I just read about this on Treehugger, and I wanted to pass it along even though it’s not specifically food related. This Saturday, September 25, 2010, the U.S. Drug Enforcement Agency is holding a National Take-Back Initiative. It’s a “collaborative effort with state and local law enforcement agencies to remove potentially dangerous controlled substances from our nation’s medicine cabinets.” You can easily find a collections site near you from the DEA’s website.
The purpose of this initiative is to get potential drugs that could be illegally used out of circulation and into the hands that can destroy them properly. Almost everyone has little vials of prescriptions that weren’t fully used sitting around in kitchen cabinets or medicine cabinets in their home. Sometimes those drugs end up in the wrong hands and can be extremely harmful.
Even if they don’t end up in the wrong hands, the reason that many of us have those drugs still in our cabinets is because we’re unsure how to dispose of them in a way that’s safe for the environment and for animals. This take-back day is a chance to get all of those old drugs out of your cabinets and easily dispose of them safely.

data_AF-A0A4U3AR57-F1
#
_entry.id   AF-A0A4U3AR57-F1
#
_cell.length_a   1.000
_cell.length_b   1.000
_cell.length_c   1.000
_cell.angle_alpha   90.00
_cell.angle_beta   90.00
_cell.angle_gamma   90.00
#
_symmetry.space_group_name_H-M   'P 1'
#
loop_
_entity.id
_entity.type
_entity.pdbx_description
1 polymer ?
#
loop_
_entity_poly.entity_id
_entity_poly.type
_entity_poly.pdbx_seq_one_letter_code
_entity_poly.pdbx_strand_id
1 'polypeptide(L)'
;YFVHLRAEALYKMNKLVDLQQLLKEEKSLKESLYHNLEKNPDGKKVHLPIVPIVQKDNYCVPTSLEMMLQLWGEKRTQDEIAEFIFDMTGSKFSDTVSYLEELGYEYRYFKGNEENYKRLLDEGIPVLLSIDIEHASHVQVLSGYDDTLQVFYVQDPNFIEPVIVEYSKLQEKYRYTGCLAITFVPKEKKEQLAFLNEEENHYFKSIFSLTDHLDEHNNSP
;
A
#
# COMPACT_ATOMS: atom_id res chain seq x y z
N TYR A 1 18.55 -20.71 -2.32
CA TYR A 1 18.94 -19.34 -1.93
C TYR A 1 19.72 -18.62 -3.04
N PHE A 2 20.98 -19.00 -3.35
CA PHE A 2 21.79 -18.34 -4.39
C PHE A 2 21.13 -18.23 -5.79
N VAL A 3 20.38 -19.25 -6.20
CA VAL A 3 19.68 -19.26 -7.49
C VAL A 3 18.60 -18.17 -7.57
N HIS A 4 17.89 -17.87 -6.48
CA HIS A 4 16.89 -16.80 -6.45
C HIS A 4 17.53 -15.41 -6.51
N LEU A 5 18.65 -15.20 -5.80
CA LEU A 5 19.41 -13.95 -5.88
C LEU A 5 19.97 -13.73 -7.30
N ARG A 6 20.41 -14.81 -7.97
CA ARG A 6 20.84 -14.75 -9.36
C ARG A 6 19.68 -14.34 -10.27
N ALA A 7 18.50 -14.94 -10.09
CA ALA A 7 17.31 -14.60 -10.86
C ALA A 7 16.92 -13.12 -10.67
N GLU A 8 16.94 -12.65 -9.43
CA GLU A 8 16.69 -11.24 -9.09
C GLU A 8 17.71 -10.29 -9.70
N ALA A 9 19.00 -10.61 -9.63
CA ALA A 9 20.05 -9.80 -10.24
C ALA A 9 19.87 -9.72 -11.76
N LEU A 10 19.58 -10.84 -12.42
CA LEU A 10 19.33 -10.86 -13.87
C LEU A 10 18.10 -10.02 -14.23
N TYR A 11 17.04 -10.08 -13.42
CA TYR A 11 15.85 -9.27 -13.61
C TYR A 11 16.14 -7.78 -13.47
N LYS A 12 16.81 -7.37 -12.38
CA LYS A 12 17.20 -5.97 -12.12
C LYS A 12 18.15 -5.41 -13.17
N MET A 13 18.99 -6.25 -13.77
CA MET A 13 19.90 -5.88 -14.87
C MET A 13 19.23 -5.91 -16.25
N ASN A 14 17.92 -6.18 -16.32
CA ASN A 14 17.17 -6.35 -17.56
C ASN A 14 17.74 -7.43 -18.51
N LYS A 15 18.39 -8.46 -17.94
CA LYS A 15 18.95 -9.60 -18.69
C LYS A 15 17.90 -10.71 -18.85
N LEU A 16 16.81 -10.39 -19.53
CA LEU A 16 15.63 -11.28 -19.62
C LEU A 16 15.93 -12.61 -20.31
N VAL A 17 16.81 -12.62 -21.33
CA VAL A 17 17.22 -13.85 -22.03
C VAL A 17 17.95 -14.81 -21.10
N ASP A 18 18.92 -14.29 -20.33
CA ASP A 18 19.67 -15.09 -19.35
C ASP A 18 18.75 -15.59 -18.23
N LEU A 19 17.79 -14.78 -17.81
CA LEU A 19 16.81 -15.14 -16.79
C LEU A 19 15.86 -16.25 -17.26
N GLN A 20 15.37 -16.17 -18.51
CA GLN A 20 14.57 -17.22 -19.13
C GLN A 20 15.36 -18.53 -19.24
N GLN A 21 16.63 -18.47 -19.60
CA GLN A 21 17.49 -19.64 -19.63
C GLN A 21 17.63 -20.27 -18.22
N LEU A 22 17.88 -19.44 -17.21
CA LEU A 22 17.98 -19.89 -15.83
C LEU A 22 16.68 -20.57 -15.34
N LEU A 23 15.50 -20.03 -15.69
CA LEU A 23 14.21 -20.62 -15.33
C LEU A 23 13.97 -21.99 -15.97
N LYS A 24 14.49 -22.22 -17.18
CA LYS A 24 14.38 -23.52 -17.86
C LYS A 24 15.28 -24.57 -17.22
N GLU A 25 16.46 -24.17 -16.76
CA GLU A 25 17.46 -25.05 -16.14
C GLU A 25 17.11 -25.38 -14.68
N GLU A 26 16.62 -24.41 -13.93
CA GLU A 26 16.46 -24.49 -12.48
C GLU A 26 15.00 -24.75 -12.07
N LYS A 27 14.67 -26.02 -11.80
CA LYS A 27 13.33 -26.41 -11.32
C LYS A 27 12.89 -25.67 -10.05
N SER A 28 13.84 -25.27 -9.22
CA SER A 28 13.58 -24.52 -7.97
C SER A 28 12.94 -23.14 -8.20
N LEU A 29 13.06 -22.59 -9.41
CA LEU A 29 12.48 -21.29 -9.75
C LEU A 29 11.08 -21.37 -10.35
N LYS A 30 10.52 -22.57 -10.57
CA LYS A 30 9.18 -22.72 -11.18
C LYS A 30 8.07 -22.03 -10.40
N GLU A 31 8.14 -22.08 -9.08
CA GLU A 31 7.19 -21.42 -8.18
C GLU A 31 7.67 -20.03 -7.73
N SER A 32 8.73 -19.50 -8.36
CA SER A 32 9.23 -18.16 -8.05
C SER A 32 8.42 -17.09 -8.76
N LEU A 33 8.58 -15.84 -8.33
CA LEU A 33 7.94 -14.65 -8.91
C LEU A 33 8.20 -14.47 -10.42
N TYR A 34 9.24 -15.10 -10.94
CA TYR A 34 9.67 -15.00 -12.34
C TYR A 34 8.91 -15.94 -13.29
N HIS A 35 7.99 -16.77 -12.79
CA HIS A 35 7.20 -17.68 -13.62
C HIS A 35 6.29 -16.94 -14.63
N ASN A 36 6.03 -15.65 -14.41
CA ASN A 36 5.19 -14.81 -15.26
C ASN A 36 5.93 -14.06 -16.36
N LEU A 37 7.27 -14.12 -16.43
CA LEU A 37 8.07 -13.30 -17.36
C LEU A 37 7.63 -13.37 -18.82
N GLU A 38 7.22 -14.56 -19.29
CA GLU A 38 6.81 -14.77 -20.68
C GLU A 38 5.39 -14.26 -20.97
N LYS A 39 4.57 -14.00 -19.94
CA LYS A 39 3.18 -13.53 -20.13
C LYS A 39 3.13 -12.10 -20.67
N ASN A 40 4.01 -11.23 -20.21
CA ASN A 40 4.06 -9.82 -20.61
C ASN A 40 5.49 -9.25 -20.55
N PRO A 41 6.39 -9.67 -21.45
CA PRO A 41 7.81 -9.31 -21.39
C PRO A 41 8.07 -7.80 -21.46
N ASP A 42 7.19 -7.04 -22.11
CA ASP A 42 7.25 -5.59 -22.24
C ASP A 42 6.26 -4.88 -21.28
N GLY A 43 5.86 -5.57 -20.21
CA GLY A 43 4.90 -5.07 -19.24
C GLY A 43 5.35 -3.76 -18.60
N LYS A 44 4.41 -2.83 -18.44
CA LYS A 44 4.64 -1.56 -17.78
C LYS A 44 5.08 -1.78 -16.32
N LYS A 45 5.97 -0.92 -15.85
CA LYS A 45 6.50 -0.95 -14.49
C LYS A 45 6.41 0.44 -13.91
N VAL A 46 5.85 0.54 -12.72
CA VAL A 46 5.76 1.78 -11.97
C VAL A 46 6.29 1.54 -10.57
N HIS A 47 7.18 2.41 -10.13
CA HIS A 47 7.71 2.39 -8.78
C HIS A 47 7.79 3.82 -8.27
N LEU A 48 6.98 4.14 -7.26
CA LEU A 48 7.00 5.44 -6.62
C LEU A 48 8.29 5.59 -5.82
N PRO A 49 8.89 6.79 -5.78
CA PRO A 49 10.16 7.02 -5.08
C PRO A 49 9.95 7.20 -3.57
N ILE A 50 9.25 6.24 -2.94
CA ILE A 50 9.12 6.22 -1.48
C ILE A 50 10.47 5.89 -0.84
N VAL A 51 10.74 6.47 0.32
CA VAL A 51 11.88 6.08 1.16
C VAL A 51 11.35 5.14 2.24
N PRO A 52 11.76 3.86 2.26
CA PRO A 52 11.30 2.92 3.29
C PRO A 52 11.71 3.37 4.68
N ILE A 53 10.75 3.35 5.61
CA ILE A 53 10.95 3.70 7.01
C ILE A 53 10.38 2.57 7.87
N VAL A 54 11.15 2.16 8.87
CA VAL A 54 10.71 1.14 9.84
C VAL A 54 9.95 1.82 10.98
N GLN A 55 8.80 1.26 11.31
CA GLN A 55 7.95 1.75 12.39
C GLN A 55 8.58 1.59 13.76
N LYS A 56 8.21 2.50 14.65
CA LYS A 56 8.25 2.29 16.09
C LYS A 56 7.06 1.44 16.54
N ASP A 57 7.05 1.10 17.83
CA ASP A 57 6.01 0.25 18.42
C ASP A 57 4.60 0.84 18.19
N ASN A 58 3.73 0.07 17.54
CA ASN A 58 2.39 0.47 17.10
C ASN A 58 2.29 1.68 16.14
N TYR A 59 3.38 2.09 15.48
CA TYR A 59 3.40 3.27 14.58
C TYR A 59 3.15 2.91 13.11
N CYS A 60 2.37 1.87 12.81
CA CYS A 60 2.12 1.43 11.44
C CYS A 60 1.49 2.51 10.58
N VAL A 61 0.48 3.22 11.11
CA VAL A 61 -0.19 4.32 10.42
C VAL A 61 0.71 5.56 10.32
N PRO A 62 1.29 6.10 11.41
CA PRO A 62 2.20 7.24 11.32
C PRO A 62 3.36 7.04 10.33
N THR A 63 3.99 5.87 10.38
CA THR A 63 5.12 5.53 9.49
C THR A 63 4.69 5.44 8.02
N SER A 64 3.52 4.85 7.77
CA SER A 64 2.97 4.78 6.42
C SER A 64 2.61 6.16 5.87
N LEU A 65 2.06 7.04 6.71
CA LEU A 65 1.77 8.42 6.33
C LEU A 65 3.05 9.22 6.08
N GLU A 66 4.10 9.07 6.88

I’ve got a slew of prescriptions from when my mom was living with us after her open-heart surgery. Her prescriptions and the dosages changed very quickly, and often the pharmacy would automatically renew a prescription that she no longer needed. It would be picked up by a family member that was unaware of the changes. The prescriptions have been sitting in a bowl high out of reach of the boys for months, and I’ve been meaning to figure out how to dispose of them. Now I know.
A few things you need to know about the program.
This one-day effort is intended to bring national focus to the issue of increasing pharmaceutical controlled substance abuse.
- The program is anonymous.
- Prescription and over the counter solid dosage medications, i.e. tablets and capsules accepted.
- Intra-venous solutions, injectables, and needles will not be accepted.
- Illicit substances such as marijuana or methamphetamine are not a part of this initiative.